By Mark Hensch - 03/01/15 10:13 AM EST
Secretary of State John KerryJohn KerryCutting corners in a federal campaign is criminal Navy investigation concludes Iran broke international law by detaining sailors Top Democrat wants Obama to block Boeing's deal with Iran MORE on Sunday contradicted National Security Adviser Susan Rice, saying that Israeli Prime Minister Benjamin Netanyahu is "welcome to speak" in the U.S.
“We have a closer relationship with Israel right now in terms of security than at any time in history,” he added
Kerry's remarks come just days before Netanyahu is scheduled to deliver a controversial address to a joint session of Congress that has sparked tensions between President Obama’s administration and Netanyahu. The world leader will address the Iranian nuclear threat while on Capitol Hill.
National Security Adviser Susan Rice called the speech “destructive” to U.S.-Israel relations last week. More than two-dozen Democrats are also boycotting Netanyahu’s address, according to a whip list compiled by The Hill.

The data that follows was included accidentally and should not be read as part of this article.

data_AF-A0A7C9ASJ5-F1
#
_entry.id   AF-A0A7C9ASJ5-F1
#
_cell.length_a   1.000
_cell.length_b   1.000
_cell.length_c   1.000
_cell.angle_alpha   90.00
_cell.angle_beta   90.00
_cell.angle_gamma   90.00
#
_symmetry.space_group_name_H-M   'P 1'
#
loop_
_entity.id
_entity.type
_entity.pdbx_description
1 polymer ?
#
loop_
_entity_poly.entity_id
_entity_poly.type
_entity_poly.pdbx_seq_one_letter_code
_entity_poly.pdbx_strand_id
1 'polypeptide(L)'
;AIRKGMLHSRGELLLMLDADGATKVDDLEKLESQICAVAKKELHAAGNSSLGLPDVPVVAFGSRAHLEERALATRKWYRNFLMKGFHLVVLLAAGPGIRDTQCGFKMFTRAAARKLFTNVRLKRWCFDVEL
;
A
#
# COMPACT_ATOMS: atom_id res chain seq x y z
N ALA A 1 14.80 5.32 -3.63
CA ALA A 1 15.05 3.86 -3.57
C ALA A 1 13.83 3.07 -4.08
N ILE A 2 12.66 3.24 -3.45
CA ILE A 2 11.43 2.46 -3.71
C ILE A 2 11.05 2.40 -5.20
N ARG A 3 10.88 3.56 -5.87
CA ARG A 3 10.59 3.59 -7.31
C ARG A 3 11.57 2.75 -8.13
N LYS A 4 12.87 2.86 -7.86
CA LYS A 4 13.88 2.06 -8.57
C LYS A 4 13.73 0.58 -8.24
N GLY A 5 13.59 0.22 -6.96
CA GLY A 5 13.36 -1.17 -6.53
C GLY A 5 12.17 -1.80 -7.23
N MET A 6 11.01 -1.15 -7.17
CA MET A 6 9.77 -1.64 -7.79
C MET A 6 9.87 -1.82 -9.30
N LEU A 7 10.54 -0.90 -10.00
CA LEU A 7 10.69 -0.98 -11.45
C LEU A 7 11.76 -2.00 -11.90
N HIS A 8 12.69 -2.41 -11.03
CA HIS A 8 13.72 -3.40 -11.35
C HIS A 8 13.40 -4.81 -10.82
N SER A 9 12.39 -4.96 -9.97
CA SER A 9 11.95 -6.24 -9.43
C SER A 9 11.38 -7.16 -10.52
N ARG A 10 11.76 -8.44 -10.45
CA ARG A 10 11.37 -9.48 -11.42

Kerry emphasized common ground between Jerusalem and Washington, D.C., on Sunday. He also, however, reiterated the Obama administration’s discomfort with Netanyahu’s appearance.
“We are not — you know, we don’t want to see this turned into some great political football,” Kerry said. “Obviously, it was odd, if not unique, that we learned of it from the Speaker of the House and the administration was not included in this process.
Controversy first arose when Speaker John Boehner (R-Ohio) invited Netanyahu to speak without notifying the White House first.
“We want to recognize the main goal here is to prevent Iran from getting a nuclear weapon,” Kerry said on Sunday. “And on that, Israel and the United States agree.”
Netanyahu arrives in Washington today. On Monday, he will speak at the American Israel Public Affairs Committee conference. President Obama will not attend the talk, nor will Kerry or Vice President Biden.
After addressing Congress on Tuesday, Netanyahu will also meet Senate Majority Leader Mitch McConnell (R-Ky.) and Senate Minority Leader Harry Reid (D-Nev.) privately that afternoon.